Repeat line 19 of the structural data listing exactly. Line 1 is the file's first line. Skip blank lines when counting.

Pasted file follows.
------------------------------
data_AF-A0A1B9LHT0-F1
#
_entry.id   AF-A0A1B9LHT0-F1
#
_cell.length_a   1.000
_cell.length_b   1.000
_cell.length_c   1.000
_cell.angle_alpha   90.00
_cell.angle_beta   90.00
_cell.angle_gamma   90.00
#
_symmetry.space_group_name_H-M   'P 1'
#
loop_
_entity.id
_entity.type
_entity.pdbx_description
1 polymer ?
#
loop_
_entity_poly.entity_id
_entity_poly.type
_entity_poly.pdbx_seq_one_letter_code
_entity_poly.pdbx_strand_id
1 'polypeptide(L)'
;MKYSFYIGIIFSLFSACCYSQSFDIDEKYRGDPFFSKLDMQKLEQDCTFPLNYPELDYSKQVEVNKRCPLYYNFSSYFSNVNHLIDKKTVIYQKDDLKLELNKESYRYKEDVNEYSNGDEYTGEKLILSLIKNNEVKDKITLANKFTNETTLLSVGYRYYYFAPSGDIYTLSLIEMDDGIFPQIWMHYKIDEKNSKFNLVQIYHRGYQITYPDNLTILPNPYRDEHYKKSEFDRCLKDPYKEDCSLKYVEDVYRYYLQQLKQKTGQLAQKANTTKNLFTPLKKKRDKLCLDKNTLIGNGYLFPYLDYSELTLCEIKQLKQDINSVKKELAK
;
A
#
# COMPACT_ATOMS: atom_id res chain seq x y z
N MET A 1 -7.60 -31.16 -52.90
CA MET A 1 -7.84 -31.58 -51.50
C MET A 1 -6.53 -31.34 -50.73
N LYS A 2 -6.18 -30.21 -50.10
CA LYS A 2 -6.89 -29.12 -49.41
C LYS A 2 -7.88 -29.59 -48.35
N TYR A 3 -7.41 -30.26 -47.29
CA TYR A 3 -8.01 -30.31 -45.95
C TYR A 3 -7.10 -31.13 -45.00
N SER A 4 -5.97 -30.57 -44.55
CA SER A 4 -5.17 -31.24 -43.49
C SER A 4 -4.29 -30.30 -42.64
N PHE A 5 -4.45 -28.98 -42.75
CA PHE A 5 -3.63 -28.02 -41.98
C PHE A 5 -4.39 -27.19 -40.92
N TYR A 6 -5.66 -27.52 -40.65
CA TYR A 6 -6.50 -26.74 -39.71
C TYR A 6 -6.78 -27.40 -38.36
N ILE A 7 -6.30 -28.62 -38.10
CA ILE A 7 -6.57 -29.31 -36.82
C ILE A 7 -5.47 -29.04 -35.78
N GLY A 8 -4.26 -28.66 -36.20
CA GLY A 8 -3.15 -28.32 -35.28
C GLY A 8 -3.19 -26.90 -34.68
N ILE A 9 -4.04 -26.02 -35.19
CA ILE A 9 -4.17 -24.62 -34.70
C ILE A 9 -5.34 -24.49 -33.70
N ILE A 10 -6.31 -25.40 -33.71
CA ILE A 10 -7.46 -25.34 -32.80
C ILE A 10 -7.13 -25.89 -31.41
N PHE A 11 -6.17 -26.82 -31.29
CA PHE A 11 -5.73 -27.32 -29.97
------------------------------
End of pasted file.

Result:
#